Apple knows full well that at first, the iPad Mini will attract what we call early adopters. But this time, Apple expects to see more first time tablet buyers purchasing iPad Minis, too. And the number of iPad Minis Apple sells in the first 6-12 months will determine how fast it can drive the prices down on this product. Given what Apple did with the iPad 2 as well as iPods, I would not be surprised to see this same product priced around $$270-$299 when the next generation comes out.
Of course, competitors will use a similar model. A company like Amazon will most likely price the next Kindle Fire around $149-$159 if it, too, can drive down the costs of manufacturing and bill of materials (BOM). Amazon basically sells the Kindle Fire HD at cost and makes money on the services purchased through their tablet, so the company especially has some wiggle room with its pricing.
So how important is the iPad Mini to Apple’s tablet strategy? And even at this price, will it be successful?
At the strategic level, it is quite important for a couple of reasons. The most obvious one is that it gives Apple a competitive product in the 7-inch tablet space – a space that is getting a lot of interest from consumers. And it allows Apple to emphasize that the iPad Mini is a great consumption device that is an ideal size for reading books, watching movies and TV and listening to music. It works really well as a highly mobile web browsing device, too.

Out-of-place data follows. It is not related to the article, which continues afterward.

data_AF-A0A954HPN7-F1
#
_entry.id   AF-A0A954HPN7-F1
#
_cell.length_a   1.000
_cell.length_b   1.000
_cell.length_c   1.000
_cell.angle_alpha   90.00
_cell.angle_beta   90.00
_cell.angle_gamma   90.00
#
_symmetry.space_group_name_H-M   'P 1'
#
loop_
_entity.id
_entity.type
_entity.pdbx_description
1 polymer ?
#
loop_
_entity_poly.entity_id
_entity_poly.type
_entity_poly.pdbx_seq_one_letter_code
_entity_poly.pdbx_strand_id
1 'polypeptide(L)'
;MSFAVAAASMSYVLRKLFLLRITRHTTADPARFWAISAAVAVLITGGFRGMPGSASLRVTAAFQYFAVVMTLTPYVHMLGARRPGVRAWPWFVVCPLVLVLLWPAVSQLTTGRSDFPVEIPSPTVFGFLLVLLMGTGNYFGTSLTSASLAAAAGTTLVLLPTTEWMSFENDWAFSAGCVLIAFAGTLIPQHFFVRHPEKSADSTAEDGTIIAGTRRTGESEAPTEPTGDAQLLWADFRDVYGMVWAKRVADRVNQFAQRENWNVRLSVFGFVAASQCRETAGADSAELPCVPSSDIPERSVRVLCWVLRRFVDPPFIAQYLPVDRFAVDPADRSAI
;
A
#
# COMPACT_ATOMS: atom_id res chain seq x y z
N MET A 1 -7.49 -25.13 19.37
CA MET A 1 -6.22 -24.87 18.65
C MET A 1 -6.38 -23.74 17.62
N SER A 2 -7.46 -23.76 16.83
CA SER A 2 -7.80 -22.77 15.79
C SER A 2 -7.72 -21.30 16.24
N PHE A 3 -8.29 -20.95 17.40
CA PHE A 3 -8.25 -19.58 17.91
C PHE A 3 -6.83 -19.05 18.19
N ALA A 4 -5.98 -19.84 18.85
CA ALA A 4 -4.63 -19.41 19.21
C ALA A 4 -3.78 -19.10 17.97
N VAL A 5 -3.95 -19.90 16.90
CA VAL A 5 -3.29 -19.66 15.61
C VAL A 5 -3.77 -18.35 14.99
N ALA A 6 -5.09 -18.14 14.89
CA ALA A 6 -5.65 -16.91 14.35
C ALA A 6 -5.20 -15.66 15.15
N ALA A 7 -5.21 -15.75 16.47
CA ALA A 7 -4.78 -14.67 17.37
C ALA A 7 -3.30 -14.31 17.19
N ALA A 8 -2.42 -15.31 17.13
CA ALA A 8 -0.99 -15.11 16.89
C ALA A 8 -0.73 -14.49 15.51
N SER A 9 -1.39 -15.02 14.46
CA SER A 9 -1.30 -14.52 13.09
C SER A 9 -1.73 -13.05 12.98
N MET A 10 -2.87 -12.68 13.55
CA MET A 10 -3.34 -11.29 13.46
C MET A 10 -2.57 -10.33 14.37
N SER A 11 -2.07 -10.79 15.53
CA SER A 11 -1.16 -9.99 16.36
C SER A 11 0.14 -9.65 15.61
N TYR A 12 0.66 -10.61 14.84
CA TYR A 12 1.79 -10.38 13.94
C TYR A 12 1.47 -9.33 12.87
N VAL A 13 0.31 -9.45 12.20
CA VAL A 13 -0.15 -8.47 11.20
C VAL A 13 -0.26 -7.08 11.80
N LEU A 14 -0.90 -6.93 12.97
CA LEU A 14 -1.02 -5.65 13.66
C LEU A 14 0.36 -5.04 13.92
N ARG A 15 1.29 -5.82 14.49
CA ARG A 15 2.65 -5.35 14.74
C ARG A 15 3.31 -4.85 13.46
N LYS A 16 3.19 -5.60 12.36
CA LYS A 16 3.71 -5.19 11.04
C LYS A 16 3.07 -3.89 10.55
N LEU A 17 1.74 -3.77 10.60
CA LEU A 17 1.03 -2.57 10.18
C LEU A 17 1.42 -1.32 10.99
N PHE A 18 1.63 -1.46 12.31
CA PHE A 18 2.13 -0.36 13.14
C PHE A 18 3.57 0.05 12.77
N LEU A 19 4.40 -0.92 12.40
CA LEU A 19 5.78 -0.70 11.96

But I see it as being strategic for another reason. I believe that the iPad Mini is a core building block in Apple’s future TV plans. In fact, if you have an iPad Mini or get to see it in a store, you are probably holding the eventual remote control for Apple’s future TV products. If you already have an iPad, you kind of know that it’s a great mobile device for accessing TV Guide and program guides for Comcast, AT&T or Time Warner cable while sitting on the couch. Or using IMDb to check out the history of the movie you are watching, or to search Google or Wikipedia for that actor you’re interested in at that moment.